Price instructed the volunteers to find a Magic Marker or Sharpie. Every few minutes, they were to draw a line around the man’s leg at the upper limit of the swelling. That way, they could approximate how far the venom had traveled into his body. They might not be able to stop it, but at least they would know how bad things were getting. Eventually, as the migrant watched the damage inching up his leg, he agreed to have the volunteers call 911.
He was taken to a Tucson hospital, more than 60 miles away, and the next day, Price drove from her house to see how he was doing. From the nurses’ station, she could see the patient’s doorway. But there was a Border Patrol agent inside the room, keeping guard. He told the nurse not to let Price in.
In early April, Trump boasted that his administration in “just a matter of weeks … has brought record reductions in illegal immigration.”
The number of people apprehended or turned away at the southwestern border has indeed dropped dramatically in the past few months, according to Customs and Border Protection. But even in places where there is already a border wall, some migrants are still crossing—and the measures that were supposed to keep them out of the U.S. are, at least for some, creating medical emergencies within the U.S. instead.
In Nogales—a city cut in half by a tall rusted barrier along the border—local EMTs have their own name for some of the patients who still try to cross there.
“They’re called jumpers,” said Capt. Gilbert Escobar of the Nogales Fire and Medical Department, on the Arizona side. “What we’re seeing right now is a lot of broken legs, lower extremity injuries, fractured ankles. And we have come across one death: the person who went up and over came down face first.”
Still, the most deadly places are the deserted ones, into which migrants have been funneled for decades. As the Border Patrol laid out in a strategic plan for 1994 and beyond, “absolute sealing of the border is unrealistic.” Instead, the first step was to control more populated migration routes, like San Diego and El Paso.
“Mountains, deserts … and valleys form natural barriers to passage,” the plan said. “Illegal entrants crossing through uninhabited expanses of land and sea along the border can find themselves in mortal danger.”
Between the tightening security in border towns and the threat of these wild places, the thinking went, migrants would be deterred, and fewer of them would try to cross the border illegally. It was the early precursor to Trump’s border wall. Yet it turned out to be a drug that makes you sicker than the condition it was supposed to treat. The nastier side effects involved corpses in the desert.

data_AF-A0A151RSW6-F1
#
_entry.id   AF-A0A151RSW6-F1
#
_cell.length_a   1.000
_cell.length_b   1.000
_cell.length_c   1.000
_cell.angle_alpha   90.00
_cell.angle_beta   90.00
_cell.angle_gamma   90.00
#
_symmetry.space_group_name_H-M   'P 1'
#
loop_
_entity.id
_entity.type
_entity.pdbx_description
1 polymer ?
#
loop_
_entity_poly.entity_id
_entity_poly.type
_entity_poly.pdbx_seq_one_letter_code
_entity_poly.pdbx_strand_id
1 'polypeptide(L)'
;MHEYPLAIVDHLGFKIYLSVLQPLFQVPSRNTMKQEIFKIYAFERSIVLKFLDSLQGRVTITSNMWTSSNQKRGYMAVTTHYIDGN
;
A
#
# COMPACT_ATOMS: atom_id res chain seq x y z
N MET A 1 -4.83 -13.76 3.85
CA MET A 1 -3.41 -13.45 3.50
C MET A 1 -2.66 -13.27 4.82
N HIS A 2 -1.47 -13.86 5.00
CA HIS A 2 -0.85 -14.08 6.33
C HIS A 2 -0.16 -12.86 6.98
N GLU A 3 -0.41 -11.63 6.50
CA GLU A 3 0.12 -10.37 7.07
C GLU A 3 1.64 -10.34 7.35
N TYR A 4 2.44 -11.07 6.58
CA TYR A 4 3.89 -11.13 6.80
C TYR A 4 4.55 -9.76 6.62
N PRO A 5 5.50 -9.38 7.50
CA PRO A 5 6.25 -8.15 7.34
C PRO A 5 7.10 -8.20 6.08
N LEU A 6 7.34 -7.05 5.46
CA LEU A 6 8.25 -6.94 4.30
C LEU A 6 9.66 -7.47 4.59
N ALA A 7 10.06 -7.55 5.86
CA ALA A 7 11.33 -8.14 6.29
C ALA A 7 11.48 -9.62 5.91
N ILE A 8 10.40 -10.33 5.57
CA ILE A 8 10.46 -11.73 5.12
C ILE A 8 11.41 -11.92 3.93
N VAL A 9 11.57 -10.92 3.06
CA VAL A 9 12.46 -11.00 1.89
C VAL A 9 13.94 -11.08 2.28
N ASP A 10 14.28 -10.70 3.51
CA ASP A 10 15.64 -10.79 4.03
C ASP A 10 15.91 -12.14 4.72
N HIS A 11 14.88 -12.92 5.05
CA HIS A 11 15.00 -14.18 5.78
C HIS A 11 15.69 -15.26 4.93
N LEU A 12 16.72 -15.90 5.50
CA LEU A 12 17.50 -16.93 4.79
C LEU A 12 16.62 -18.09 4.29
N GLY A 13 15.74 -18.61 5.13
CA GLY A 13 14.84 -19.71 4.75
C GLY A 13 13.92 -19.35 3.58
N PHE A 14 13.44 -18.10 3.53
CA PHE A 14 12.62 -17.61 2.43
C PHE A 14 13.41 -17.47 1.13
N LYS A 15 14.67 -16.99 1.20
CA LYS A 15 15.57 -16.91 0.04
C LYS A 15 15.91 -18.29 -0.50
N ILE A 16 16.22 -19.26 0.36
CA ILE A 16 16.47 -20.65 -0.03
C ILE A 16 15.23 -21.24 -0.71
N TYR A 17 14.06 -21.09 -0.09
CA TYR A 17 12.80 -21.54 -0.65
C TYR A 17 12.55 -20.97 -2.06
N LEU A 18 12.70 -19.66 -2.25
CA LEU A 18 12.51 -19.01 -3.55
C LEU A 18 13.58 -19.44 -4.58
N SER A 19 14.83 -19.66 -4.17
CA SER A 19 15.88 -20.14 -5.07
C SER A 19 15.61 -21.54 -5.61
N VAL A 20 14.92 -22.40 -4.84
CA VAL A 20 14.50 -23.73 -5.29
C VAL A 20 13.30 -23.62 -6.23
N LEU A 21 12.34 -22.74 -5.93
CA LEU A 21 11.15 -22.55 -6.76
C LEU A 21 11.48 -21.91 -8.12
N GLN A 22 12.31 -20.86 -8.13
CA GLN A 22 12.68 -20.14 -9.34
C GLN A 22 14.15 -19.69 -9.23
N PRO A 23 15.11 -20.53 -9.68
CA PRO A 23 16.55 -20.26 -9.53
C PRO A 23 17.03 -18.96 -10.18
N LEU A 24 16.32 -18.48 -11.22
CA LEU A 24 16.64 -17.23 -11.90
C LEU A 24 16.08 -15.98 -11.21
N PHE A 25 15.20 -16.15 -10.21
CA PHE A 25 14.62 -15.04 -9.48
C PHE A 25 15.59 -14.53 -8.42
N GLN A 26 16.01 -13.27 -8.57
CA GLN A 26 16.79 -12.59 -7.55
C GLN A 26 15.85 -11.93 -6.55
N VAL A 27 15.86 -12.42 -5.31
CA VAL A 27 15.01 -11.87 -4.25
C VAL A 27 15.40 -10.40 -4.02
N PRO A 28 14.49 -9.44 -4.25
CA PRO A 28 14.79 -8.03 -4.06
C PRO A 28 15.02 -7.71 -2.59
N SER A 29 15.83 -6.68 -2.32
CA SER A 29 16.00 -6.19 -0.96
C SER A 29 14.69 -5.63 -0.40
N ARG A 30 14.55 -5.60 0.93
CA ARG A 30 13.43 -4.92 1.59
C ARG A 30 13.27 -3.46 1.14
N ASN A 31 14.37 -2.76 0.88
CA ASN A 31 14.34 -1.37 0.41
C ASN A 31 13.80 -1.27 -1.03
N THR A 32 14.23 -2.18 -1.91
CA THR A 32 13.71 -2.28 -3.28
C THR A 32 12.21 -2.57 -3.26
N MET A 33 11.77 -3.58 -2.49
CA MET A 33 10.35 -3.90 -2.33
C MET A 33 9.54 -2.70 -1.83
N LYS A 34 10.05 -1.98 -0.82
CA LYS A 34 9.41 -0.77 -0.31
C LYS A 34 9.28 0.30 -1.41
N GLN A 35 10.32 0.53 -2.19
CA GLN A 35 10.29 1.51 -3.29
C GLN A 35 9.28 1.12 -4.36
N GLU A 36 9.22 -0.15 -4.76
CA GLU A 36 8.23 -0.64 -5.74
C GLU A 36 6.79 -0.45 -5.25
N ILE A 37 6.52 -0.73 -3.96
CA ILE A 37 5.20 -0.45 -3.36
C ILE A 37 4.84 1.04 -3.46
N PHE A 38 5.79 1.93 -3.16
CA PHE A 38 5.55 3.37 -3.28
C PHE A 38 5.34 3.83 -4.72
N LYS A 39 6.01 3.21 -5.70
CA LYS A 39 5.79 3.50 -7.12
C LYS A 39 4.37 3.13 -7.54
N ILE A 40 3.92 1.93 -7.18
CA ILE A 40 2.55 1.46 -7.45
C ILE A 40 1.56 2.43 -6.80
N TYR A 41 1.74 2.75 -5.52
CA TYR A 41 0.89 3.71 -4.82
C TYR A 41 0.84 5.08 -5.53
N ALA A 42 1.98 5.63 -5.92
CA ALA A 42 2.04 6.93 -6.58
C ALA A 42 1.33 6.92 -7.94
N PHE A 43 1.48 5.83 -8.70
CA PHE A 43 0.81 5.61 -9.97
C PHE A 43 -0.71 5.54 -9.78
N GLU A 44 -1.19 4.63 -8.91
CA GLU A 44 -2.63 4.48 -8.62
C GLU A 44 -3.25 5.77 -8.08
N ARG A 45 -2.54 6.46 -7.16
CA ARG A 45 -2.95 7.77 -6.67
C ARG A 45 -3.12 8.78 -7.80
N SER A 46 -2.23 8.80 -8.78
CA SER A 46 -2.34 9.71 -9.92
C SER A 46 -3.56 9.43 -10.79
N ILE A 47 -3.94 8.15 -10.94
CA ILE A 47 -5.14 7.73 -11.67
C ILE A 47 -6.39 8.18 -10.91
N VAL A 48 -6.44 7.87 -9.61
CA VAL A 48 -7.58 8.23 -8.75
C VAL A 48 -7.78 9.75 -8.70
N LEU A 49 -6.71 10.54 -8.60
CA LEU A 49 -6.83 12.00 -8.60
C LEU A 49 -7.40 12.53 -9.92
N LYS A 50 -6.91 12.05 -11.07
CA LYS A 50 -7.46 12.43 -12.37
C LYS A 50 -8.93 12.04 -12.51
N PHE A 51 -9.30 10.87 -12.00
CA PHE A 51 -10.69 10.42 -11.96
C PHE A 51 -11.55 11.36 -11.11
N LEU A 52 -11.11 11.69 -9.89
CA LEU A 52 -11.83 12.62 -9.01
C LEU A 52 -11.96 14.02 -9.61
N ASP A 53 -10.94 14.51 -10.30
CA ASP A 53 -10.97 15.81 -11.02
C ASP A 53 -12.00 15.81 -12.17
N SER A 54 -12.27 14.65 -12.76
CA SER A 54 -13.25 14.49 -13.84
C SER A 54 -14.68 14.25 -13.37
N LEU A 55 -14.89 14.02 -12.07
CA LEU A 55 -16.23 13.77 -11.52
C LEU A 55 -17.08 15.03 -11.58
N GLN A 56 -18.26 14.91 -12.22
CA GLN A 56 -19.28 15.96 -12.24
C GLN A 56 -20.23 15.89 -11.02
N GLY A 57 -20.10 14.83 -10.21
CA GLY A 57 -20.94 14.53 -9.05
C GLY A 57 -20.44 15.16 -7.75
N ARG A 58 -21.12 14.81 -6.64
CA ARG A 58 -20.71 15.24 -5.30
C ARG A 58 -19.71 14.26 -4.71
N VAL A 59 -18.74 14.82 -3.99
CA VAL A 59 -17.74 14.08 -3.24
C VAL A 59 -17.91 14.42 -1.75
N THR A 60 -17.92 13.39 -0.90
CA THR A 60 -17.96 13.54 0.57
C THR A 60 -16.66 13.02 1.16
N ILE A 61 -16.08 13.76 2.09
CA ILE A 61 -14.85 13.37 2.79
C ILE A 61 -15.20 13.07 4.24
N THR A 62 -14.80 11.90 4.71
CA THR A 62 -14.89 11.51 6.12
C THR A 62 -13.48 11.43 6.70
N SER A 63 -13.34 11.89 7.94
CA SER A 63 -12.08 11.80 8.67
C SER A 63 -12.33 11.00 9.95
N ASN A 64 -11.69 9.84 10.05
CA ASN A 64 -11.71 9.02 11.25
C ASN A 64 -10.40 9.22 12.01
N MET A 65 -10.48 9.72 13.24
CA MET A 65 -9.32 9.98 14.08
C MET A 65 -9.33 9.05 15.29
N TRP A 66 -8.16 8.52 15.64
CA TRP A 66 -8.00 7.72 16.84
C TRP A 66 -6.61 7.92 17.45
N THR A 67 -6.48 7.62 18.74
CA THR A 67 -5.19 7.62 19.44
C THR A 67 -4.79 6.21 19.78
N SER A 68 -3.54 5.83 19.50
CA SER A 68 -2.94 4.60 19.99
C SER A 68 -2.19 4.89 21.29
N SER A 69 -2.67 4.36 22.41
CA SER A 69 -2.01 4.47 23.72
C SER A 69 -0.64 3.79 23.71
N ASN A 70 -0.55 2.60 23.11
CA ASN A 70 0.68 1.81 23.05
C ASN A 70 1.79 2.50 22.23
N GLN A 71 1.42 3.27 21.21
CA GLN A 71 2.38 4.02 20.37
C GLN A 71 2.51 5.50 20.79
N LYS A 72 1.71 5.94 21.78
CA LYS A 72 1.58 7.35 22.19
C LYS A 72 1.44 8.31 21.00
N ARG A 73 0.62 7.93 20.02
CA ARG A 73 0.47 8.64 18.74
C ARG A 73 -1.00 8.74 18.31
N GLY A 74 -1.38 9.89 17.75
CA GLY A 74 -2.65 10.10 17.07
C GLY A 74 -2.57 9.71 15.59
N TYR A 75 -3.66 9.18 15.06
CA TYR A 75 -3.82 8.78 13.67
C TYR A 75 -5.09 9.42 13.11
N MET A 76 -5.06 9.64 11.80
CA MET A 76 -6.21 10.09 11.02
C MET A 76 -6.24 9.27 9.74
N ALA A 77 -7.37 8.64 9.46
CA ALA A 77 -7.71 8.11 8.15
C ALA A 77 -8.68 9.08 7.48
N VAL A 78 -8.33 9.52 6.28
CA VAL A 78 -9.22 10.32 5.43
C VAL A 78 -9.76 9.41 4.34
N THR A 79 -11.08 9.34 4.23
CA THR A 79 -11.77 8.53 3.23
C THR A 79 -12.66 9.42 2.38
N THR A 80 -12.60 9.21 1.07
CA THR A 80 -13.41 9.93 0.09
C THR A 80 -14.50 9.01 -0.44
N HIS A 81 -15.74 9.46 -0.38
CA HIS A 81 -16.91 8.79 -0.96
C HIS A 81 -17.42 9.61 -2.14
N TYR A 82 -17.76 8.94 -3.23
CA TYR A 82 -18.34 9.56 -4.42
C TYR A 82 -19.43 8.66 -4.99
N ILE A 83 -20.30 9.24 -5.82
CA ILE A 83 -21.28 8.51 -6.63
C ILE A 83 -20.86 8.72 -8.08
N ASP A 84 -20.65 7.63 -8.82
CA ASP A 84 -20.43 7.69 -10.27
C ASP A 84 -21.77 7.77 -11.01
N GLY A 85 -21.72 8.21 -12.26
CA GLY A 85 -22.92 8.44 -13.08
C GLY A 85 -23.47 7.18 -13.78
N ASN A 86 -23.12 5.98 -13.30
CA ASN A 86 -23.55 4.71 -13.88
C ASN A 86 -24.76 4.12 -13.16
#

In Arizona’s Pima, Santa Cruz, and Cochise counties, the cadavers end up in the body cooler at the medical examiner’s office in Tucson, where they wait for a pathologist to dissect them and label them as UBC—undocumented border crossers. “We have averaged 170 a year from 2002 through the end of 2016,” said Hess, Pima County’s chief medical examiner.
Even as the number of migrants goes down, that pattern of deaths doesn’t seem to have changed much since Trump’s inauguration. By early July, 82 corpses of desert-walkers had come through the examining rooms in Tucson since January.
“It looks like we’ll be about average for what we have had over the past few years,” he said. Many of the corpses could have been more than eight months old: they were nothing but bones, sun-bleached and picked at by coyotes. But others still had ligamentous attachments, a sign they’d been there 90 days or less. Yet others still had flesh clinging to them—relics of migrants who’d died only a few weeks before.
The campsite clinic is hardly the only response to these deaths. Like conifers whose seeds are spread by wildfire, nonprofits tend to spring up in the wake of disaster, and a whole network has taken root on the Arizona-Sonora border to prevent these migrants from dying or vanishing.
Humane Borders sets up 55-gallon tanks of water in the desert and brings donated medical supplies to the Mexican government’s desert rescue workers, who are often so underfunded they can’t afford even bandages and ointments. No More Deaths helps migrants make free calls to their home countries, so their families know where they are. Samaritans go visit migrants in detention, many of whom spend months behind bars for simply presenting themselves at the border to seek asylum. The Kino Border Initiative operates shelters on the Mexican side of Nogales to care for those who have just been deported.
The nonprofits can only do so much. On a recent day in a Nogales shelter called the Comedor, a 34-year-old migrant named Elisabeth Hernandez Reyes told a volunteer nurse, “I have pain in my bones.” She had just been deported, after trying to cross the desert for the sixth time. “All morning yesterday we were crawling on our knees, so that the cameras wouldn’t see us,” she explained. There was little that the nurse could offer besides Tylenol and skin salve. She handed other migrants pills for diarrhea, allergy pills, and pills to help with symptoms of the common cold and the flu.
Treatment in the desert clinic is similar—but the tension is higher. That’s where some of the most heated standoffs with the authorities have taken place, and its very presence is a testament to how long this spate of deaths has continued.
It began as little more than a place to refuel, a dip in the desert where volunteers could eat, sleep, and strategize before they went out looking for migrants again.
Many of the volunteers had already been going on water drops for a few years, but by 2004, enough migrants were dying in the desert that some decided to stay there around the clock, at least in the hottest, deadliest months. It would save them the hour and a half drive from Tucson, and those three hours could instead be spent saving lives.
On the outskirts of Arivaca—Price calls it a town of “hippies and cowboys,” where roadrunners strut across backyards like pigeons in Times Square—there was a children’s author who had helped the migrants she’d met on her property. She agreed to let the volunteers camp on her land.